Dear Doctor, Should I use coconut oil as mouthwash?

I love coconut but coconut oil … solid coconut oil… gross! Well, at least at first it was. A hard lump of oil, that doesn’t melt in the mouth quickly, is like the fruit pastille challenge! Anyone remember that advert? But back to coconut oil, I have heard lots of people rave about it’s benefits for oral hygiene, fresher breath and teeth whitening. I’ll admit the prospect of a natural solution to whiter teeth is what really got me interested. So, I decided to give it a try.

From what most people on the internet tell me, the method is fairly simple. First thing in the morning you take a spoonful of coconut oil, put it in your mouth, chew until it melts and swish it around for 20 minutes. Then you spit it out, don’t swallow and don’t spit it in to the sink as it can solidify in the drain. Seems simple enough, right?

Coconut oil is the recommended choice because it is high in lauric acid. Lauric acid is known for its antimicrobial properties, in particular it inhibits Streptococcus Mutans that are the primary bacteria that cause tooth decay. The theory is the longer you rinse the oil around your mouth, the more bacteria are pulled free. Recent studies have also shown the benefit of coconut oil in the prevention of tooth decay, although limited research is available.

So what did I find? Well, after the first time I tried oil pulling, my teeth felt cleaner and smoother. After a week, my mouth felt healthier in general and did look very slightly whiter. After the month, my teeth are much less sensitive and feel cleaner but in all honesty they aren’t whiter.

My final review is… oil pulling is good for you. It isn’t a replacement for your normal dental care. You still need your twice daily toothbrushing with toothpaste and flossing. However, as an extra step I think it’s definitely got a role to play in removing stubborn bacteria, stopping that same bacteria from decaying teeth and being ingested into the body.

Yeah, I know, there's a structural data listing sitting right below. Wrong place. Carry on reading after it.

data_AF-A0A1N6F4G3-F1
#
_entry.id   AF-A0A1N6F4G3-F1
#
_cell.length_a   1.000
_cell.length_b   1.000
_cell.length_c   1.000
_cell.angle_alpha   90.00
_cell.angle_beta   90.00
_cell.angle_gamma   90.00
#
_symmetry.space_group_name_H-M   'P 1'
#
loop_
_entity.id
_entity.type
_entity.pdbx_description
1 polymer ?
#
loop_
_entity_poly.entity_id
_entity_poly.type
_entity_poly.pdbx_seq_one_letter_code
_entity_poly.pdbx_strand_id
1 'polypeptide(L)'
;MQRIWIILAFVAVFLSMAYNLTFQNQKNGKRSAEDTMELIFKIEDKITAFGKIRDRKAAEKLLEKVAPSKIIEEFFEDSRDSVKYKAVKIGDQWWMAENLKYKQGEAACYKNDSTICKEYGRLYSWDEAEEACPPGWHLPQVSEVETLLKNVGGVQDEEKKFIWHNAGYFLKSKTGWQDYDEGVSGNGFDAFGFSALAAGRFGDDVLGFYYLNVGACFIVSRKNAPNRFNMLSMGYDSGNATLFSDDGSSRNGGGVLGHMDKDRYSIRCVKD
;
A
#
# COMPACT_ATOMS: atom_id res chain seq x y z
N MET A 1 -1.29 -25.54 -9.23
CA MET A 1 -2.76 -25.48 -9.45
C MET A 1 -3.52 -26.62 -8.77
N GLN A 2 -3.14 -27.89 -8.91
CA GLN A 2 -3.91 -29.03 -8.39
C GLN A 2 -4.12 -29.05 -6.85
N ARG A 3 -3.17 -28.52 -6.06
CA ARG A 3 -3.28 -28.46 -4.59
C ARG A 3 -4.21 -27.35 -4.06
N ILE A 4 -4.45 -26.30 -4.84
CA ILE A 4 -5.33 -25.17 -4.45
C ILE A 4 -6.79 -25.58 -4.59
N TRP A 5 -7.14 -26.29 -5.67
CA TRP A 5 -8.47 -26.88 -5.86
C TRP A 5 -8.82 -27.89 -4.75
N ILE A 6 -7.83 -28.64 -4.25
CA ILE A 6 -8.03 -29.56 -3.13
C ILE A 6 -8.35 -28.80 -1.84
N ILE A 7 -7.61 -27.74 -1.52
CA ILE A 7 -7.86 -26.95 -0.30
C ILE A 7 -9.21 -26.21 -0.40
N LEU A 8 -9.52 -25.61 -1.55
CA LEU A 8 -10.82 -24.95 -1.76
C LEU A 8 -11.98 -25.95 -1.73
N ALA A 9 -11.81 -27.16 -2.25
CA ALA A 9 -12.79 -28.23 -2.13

Will I continue? Yes I think I will! Realistically not daily, but twice weekly I think I can manage!

Dear Doctor, is fasting good for your health?

We probably all know someone who is observing the fasts during the Islamic month of Ramadan. It’s a common practice in lots of religions. So surely there must be some health benefits to this practice or is it all just purely spiritual?


Dear Doctor, Is the Mediterranean diet the healthiest diet?

In a world where we are constantly bombarded with adverts and social media posts, it can be hard to know what diet we should be following.

The amount of health foods and body or fitness ideal images we see on social media has massively affected the way we perceive food and health. We are becoming not only more body conscious but also more health conscious too. We have all seen popular diets come and go over the years and can name a few instantly. Now we are seeing things like 30 day challenges and shreds, the ‘superfoods’ and there are always new diet pills on the market.

But are any of these diets actually good for us and more importantly are they actually achieveable?

I want to talk about the Mediterranean diet. A lot of research has shown that the people living in places like Greece and southern Italy who follow the local diet are healthier than the average person. On the whole they have less heart problems, less diabetes, less blood pressure problems and lower cholesterol. So surely they must be doing something right!

The main reason I like the diet is because it’s actually quite simple to follow, it’s not strict and if followed sensibly it is shown to be good for your health.

So what exactly does this sort of diet involve?

In terms of what is allowed in this diet you can eat plenty of vegetables, fruits, nuts, seeds, legumes, potatoes, whole grains, whole wheat breads, herbs, spices, fish, seafood.

Rapeseed oil or extra virgin olive oil should be used instead of butter or margarine and herbs in place of extra salt.

Things that should be eaten in moderation are poultry, eggs, cheese and yoghurt. 

Red meat is to be eaten at most once a week.

Sugar-sweetened beverages, added sugars, processed meat, refined grains, refined oils and other highly processed foods are to be avoided completely.

A basic example would be:

Breakfast: Vegetable omelet, Fruit.

Lunch: Cheese salad sandwich on whole grain bread.

Dinner: Vegetable pasta bake or grilled fish with vegetables 

Obviously portion sizes need to be sensible. There’s plenty of information about this diet online and lots of diet plans and ideas freely available. 

So if you are looking for a simple healthy diet, my recommendation is forget the fad diets or quick fixes and stick to the Mediterranean diet!

Dear Doctor, I think I might be a bit bunged up!

Constipation is such a common problem, one that I hear about all the time. I think the biggest issue lies in the fact that British people really can’t talk about Poo! Do we know whats normal? Is normal the same for everyone? And what should we be doing to keep our bowels moving and healthy?…